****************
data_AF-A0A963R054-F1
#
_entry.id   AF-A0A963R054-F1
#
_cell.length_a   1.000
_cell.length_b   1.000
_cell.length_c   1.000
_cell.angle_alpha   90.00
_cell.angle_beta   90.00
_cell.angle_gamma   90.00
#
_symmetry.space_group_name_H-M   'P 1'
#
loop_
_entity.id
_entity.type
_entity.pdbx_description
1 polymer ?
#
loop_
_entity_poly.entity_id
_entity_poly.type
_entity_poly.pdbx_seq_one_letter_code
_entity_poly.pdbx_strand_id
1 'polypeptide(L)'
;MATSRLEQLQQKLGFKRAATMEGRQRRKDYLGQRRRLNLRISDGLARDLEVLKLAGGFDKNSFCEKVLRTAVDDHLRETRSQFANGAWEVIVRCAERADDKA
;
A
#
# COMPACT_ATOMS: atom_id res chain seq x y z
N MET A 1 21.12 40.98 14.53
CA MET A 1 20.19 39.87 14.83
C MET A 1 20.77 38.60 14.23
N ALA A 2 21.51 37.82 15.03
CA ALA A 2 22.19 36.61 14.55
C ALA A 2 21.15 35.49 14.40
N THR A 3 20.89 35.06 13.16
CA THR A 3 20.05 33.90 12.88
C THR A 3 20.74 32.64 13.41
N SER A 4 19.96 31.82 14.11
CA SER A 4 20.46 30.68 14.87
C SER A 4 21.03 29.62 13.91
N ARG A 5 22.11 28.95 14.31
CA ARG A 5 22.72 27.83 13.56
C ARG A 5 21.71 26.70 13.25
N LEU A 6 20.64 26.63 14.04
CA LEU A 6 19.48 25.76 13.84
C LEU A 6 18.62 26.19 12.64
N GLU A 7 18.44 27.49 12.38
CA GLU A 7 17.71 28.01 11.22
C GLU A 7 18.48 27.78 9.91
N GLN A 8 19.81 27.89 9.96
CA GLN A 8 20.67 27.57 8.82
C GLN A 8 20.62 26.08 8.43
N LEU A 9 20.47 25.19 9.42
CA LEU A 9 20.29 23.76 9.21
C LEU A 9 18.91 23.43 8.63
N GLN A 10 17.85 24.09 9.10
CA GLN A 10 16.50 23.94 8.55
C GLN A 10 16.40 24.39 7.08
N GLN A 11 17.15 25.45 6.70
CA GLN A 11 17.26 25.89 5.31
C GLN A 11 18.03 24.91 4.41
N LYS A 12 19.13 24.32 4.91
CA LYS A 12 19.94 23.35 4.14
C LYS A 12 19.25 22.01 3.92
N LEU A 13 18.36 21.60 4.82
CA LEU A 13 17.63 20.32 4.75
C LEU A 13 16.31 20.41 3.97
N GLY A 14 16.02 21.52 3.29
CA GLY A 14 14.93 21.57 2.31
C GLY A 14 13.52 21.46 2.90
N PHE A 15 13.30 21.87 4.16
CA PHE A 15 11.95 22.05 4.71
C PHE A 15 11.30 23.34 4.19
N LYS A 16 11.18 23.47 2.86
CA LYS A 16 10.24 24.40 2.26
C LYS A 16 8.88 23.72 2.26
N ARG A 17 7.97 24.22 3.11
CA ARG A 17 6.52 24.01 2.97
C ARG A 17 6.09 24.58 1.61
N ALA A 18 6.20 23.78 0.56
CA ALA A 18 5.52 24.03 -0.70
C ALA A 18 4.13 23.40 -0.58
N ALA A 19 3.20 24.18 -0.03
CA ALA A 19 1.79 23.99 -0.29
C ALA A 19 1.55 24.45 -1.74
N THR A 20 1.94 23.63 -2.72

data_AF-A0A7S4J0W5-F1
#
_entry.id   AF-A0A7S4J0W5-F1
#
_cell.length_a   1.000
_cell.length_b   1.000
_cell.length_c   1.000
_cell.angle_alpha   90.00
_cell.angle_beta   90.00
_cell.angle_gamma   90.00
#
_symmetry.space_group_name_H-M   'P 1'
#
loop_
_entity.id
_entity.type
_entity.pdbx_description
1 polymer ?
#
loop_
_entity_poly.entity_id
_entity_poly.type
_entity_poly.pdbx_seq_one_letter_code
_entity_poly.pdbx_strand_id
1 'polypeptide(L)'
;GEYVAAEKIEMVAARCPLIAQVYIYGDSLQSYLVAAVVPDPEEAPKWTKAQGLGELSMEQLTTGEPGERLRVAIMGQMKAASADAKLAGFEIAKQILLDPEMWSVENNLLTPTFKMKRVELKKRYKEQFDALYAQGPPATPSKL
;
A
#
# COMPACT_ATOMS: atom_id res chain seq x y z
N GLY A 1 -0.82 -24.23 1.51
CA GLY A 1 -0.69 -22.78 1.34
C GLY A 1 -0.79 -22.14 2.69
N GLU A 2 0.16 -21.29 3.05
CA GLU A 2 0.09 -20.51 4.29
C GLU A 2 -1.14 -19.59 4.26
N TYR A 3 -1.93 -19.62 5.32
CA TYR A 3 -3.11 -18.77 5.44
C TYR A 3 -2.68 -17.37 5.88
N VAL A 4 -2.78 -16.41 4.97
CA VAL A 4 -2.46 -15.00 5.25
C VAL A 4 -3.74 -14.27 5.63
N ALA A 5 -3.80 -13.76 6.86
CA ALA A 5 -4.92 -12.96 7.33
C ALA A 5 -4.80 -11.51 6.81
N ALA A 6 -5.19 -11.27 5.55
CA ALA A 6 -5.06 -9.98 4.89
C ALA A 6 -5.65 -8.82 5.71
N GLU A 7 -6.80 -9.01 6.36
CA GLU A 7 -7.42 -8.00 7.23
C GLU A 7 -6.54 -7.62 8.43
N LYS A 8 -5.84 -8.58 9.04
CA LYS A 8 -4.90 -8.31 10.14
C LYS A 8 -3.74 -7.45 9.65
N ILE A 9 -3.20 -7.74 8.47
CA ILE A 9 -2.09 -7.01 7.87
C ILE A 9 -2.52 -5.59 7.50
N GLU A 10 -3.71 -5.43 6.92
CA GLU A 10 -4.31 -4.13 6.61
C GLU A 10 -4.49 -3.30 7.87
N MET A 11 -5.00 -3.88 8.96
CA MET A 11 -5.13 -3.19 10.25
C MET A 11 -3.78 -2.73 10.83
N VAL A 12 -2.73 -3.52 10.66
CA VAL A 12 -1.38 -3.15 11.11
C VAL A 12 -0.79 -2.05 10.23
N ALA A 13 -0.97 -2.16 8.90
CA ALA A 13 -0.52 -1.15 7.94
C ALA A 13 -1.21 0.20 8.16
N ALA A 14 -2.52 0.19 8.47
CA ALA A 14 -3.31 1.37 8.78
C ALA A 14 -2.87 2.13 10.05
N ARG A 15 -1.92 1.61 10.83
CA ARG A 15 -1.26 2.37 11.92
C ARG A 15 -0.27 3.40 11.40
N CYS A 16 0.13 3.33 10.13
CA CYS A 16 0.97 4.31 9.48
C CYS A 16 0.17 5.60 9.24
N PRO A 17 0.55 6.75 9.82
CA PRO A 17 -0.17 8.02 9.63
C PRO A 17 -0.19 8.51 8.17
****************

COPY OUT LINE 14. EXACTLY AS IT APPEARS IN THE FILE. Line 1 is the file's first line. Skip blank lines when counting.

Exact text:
loop_